Using a sledgehammer to crack a nut.
Will any good come from the long-running row over the ICAEW’s plans to reform its district societies? The special general meeting, forced by opponents of the changes, is set to cost £100,000 – which works out about #100 per signature on the requisition.
Some members have rightly questioned whether this is the best use of their membership fees, although they shouldn’t forget that part of the cost comes from hiring a venue while £250,000 is spent refurbishing the Great Hall at Moorgate Place.
But those same people should not lose sight of the fact that, under their by-laws, members are perfectly entitled to request such a meeting.
The institute should now give serious consideration to changing the number of signatures required to call such a meeting, and also look into how those signatures should be collected. After all the ACCA, albeit from a far lower base, did it last year.
It seems obtuse that a hard copy signature – with no back up information such as membership number – should be required, and yet the institute allowed faxed requests to withdraw support.
Members should also ask themselves why it is that a disaffected group feels driven to take such action. The institute claims it has consulted with the membership over the reform plans, but it is not clear just how many members fully understood the proposals.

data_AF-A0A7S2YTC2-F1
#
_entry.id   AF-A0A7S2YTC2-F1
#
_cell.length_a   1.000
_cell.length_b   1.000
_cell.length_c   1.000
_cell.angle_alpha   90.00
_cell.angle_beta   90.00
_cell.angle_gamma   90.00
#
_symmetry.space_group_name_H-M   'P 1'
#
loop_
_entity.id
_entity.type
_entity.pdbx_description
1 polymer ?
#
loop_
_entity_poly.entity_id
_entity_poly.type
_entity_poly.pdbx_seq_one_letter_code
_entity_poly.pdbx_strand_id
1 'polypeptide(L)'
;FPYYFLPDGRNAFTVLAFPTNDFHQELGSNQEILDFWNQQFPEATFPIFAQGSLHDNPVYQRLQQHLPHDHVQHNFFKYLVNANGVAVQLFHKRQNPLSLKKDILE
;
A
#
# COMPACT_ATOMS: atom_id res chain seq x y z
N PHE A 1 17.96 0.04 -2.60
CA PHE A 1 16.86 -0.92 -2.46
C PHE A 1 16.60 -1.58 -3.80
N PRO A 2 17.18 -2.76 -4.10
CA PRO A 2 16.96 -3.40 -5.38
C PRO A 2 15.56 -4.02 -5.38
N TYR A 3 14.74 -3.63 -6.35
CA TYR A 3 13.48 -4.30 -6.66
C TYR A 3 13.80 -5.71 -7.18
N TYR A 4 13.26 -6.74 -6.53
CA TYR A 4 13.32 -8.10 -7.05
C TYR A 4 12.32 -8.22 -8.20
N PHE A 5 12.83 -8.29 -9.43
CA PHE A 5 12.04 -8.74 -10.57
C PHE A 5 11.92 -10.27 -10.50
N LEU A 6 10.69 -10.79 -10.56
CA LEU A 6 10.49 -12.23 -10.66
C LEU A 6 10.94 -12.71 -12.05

Without question, there has been a breakdown in communications.
And now the institute is throwing its full weight – president, deputy president and vice president – behind a campaign to win the argument. It now looks like a case of too much, too late.
Some of the institute’s tactics have come under fire, and the jury is still out on whether it was right to use the requisition signatures to make contact with the disgruntled members.
The institute has argued that the plans have moved on since many members originally signed the requisition, but how well were those changes communicated?
‘Sensitively, and with flexibility,’ is one of the stock phrases being wheeled out by the institute as it describes how the plans are being implemented.
Perhaps the institute should have been more sensitive to the growing storm in South Essex. As it is, no one will emerge from this unseemly affair with any credit.